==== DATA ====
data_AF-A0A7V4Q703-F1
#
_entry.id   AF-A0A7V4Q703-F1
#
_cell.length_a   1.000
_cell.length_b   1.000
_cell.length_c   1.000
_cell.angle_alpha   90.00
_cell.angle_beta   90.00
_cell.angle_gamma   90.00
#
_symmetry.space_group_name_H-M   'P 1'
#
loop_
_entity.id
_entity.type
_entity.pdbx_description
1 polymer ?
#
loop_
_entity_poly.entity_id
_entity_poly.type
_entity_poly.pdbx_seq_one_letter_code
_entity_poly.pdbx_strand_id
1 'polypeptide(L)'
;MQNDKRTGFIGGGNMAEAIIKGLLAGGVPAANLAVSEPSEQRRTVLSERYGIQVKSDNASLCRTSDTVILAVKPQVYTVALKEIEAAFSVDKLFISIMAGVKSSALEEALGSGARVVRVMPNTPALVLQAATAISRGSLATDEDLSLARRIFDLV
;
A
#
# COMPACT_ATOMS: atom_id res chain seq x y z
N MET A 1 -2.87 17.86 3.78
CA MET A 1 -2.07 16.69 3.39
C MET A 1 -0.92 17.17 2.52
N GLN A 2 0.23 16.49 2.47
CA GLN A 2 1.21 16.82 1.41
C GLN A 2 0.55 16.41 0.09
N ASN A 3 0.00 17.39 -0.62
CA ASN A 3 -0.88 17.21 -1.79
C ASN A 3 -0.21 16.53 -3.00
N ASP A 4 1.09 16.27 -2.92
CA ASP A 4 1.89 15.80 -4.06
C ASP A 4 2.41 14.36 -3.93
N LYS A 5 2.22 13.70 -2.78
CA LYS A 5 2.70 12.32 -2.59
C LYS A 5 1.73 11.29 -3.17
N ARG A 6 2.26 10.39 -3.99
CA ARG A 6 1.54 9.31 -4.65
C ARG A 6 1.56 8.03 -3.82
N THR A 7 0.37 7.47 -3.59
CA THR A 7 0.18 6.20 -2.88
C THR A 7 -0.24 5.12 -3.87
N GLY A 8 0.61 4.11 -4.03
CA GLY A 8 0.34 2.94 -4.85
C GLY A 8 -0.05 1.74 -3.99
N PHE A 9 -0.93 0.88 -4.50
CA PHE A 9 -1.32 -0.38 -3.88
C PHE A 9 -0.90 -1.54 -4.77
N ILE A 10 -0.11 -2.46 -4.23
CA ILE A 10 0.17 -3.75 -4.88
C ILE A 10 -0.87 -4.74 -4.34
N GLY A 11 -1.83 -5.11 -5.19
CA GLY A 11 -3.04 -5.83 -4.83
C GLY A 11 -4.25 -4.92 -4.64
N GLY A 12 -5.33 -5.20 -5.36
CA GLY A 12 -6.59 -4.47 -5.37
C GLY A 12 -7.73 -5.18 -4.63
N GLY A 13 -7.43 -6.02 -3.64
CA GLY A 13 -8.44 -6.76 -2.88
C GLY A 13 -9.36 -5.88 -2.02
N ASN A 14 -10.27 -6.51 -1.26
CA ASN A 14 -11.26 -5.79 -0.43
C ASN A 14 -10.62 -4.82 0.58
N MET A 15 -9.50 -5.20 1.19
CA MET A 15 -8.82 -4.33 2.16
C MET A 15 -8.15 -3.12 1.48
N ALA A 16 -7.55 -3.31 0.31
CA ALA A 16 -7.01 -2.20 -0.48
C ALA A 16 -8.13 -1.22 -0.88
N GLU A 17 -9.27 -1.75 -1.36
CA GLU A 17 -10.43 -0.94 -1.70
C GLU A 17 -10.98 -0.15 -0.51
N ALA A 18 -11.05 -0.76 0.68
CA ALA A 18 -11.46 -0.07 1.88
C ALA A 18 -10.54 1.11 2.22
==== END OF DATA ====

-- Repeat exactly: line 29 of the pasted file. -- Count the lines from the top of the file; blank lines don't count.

#